Primus build Chocolate Factory in South London

Psychedelic San Franciscan's return to London for two-set soiree

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Outside the venue, a curious passer by wants to know what’s going on.

“Who’s playing tonight” he asks.

“Primus,” this writer replies.

“What sort of music is that?”

“Well… imagine if Hanna-Barbera had created Rush,” comes the inadequate response.

Therein lies the Primus conundrum. Because, how do you verbally describe this most individual of bands? Just when you think you have them pegged, they’ll throw in something to confront you. And that’s true of the way they tackle tonight’s two distinct sets.

The first is an opportunity to play some of their more popular compositions. Opening with Those Damned Blue-Collar Tweekers and Last Salmon Man, they clearly display their 70s classic rock roots. You can hear the ghosts of ZZ Top, Bowie, Aerosmith and Van Halen in Wynona’s Big Brown Beaver, Lee Van Cleef and Eleven.

You can dance to the groove, as many here do, yet Primus have dismembered and dislocated the rhythms, reconstructing the songs as dysfunctional brain teasers. These allow Les Claypool to display his bass dexterity, while Larry LaLonde flashes through guitar heroics and Tim Alexander breaks in with disorienting drum fills.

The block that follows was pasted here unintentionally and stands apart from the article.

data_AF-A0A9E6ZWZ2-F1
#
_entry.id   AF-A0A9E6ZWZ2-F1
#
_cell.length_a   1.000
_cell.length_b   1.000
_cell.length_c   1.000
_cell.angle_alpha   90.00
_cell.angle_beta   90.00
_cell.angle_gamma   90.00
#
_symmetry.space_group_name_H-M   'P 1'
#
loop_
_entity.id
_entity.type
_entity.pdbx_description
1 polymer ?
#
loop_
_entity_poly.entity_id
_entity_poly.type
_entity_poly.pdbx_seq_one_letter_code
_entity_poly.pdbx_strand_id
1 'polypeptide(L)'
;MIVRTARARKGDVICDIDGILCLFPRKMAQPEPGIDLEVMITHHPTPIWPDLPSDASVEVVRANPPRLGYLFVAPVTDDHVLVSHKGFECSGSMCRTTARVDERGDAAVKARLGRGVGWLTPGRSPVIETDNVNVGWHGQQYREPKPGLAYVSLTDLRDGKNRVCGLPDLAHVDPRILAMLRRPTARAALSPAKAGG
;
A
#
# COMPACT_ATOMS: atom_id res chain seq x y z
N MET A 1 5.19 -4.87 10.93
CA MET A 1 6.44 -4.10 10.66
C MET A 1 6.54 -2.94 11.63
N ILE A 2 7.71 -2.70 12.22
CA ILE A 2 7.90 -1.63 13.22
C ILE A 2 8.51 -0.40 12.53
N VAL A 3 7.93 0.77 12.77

Although, if you think you have Primus pigeon-holed, then the second set throws all conclusions into turmoil. Augmented by cello and additional percussion, they re-enact last year’s Primus & The Chocolate Factory album with a menacing, surreal sound that’s enveloping, enticing.

Above them, a screen is filled with scenes from the 1971 movie Willie Wonka & The Chocolate Factory, but these images have been treated with psychedelic effects, immeasurably adding to the unsettling impact. At times, it’s hard to separate the visuals from the music. Such is the seeming symbiosis, one wonders if one could either exist without the other. Two Oompa Loompas occasionally stride onstage to add to the feeling of this being an acid trip, as the underlying horror and message in the story are brought into focus by what is a beautifully bonkers soundtrack.

As Farewell Wonkites clambers to its conclusion, the band have already sneaked offstage before anyone realises the performance is over, the empty, dark stage echoing with an appropriate silence. But this is never going to be the end. And the band return for Too Many Puppies, the screen filled with martial images, Southbound Pachyderm, a symphonic tornado accompanied by the sight of an elephant jumping ever higher on a trampoline, and Here Come The Bastards.

For two-and-a-half hours across two sets, Primus amaze and confound. They remain indecipherably, irreverently vital. Yes, just who was playing tonight?

Malcolm Dome

Malcolm Dome had an illustrious and celebrated career which stretched back to working for Record Mirror magazine in the late 70s and Metal Fury in the early 80s before joining Kerrang! at its launch in 1981. His first book, Encyclopedia Metallica, published in 1981, may have been the inspiration for the name of a certain band formed that same year. Dome is also credited with inventing the term "thrash metal" while writing about the Anthrax song Metal Thrashing Mad in 1984. With the launch of Classic Rock magazine in 1998 he became involved with that title, sister magazine Metal Hammer, and was a contributor to Prog magazine since its inception in 2009. He died in 2021